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Data Analytics in Blockchain: The Case of Healthcare
For the past couple of years, the technology sector has been hit by a thunderstorm called “blockchain”. Everyone is talking about blockchain. Still, for several people it is still unclear what a blockchain is and how it can impact critical sectors like healthcare.
To keep it simple, blockchain is a distributed database system that serves as an “open ledger” to record and manage transactions. Each record in the database is called a block and contains details like the transaction timestamp, as well as a link to the previous block. This makes it impossible to retrospectively alter information about the records, since all blocks are linked like a chain. Blockchain technology is secure by design, since the same transaction is recorded over multiple, distributed database systems. The security and integrity of the blockchain is guaranteed through built-in protocols and cryptographic algorithms.
Blockchains are growing in popularity because they offer a way to conduct transactions without the need for a trusted third party. Transferring money, tracking goods and sharing legal documents are common uses of blockchain technologies. The advantage of blockchain is its decentralized nature – no single person or company controls data entry or its integrity. Instead, the sanctity of the blockchain is verified continuously by every computer on the network. This fact constitutes blockchain immutable since information remains in the same state for as long as the network exists.
Data Analytics in Blockchain
Blockchain has the potential to change the way that the world approaches big data, with enhanced security, data integrity and data quality.
(Big) Data analytics makes it possible to identify patterns of suspicious and risky transactions and thus nefarious users, a lot quicker than current day technology can achieve. Up until now, real-time fraud detection has only been a pipe dream; banking institutions have always relied on using technologies to retrospectively identify fraudulent transactions. Since blockchain has a database record for every transaction, it provides a way for institutions to check for patterns in real-time. Blockchain is particularly useful when there are numerous actors in the system.
From another perspective, blockchain also improves transparency in data analytics. Unlike previous algorithms, the blockchain technology rejects any input that it cannot verify and is deemed suspicious. As a result, analysts only deal with data that is completely transparent. In other words, the client’s behaviour patterns that blockchain systems identify are likely to be a lot more accurate than existing mechanisms. To this sense, data scientists will take advantage of the treasure trove of data that blockchains promises to offer.
The Case of Healthcare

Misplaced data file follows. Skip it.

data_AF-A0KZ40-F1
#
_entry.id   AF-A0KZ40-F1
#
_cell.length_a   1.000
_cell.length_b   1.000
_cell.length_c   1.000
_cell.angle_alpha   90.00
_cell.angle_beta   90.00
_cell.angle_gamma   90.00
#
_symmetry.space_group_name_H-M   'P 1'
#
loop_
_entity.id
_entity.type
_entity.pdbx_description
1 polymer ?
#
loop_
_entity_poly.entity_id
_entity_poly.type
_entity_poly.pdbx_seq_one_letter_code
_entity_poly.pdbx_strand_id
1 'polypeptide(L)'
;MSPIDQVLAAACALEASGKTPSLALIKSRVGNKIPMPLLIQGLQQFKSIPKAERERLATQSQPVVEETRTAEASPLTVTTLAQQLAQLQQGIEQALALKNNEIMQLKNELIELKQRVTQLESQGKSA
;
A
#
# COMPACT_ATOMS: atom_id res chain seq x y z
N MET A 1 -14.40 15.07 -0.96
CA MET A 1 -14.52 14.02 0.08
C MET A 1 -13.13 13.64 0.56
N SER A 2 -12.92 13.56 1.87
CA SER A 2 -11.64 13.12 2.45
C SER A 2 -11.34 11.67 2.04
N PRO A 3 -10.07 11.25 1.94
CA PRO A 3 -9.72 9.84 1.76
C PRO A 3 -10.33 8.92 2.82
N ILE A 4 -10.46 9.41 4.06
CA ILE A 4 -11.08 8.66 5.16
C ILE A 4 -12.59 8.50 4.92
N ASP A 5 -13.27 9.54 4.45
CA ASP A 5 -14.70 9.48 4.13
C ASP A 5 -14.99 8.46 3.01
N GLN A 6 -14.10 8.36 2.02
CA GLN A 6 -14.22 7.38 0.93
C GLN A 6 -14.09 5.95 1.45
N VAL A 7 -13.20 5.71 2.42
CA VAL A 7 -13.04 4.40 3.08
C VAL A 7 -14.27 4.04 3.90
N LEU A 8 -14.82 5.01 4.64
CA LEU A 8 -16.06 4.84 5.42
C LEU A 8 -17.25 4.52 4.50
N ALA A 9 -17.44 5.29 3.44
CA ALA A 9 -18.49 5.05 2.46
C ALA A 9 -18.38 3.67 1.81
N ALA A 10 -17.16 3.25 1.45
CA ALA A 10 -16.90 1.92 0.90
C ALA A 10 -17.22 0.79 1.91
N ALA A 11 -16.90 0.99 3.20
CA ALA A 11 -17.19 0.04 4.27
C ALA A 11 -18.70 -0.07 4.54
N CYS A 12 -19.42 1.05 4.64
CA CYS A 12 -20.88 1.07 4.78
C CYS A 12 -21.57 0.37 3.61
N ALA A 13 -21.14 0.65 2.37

Blockchain has the potential to revolutionize the exchange of healthcare big data by enabling the healthcare data ecosystem to have more fluidity. Currently, access to and analysis of health data is too difficult or even impossible for healthcare researchers and scientists, mainly due to restrictions imposed by privacy laws and regulations. As a result, vast amounts of health data remain in silos making it difficult to use them and have a positive impact to future treatments and care. Even when the data is being used, the data owners have little say or visibility in the way their data is being processed. Blockchain technology offers opportunities for patients to maintain more control over who accesses their data and how it is shared.
Under blockchain, even a doctor would require multiple authorized “signatures” or permissions from other parts of a network to access patient records, increasing overall security. A blockchain-based healthcare system would allow providers to share records with justice departments, insurers, employers and any other sector with an interest in people’s health without the exponential increase in risk factors that comes with stretching a network thin.
Today, healthcare data resides in many different places such as the primary care provider, the hospital, or the medical lab where their results are processed. Poorly managed patient data can result in different datasets for the same patient obtained by two different medical sources, e.g., a general practitioner and a specialist. This situation increases the risk that a patient will be misdiagnosed, treated incorrectly, or that test results become lost or corrupted. Placing healthcare databases on the blockchain would create a single, unchangeable resource for practitioners to use when treating a patient.
Through blockchain, all doctors could access an accurate picture of the patient’s medical history. Combined with data analytics, doctors could potentially create a predictive picture of a patient’s medical future. This approach is analogous to the new open banking Application Programming Interfaces (APIs) that allowed customers of regulated banks to give permission to share their financial data with authorised providers, including other banks, in order to obtain better financial services.
Along the same lines, blockchain is the enabler for increased competition and innovation, leading to better healthcare products and services.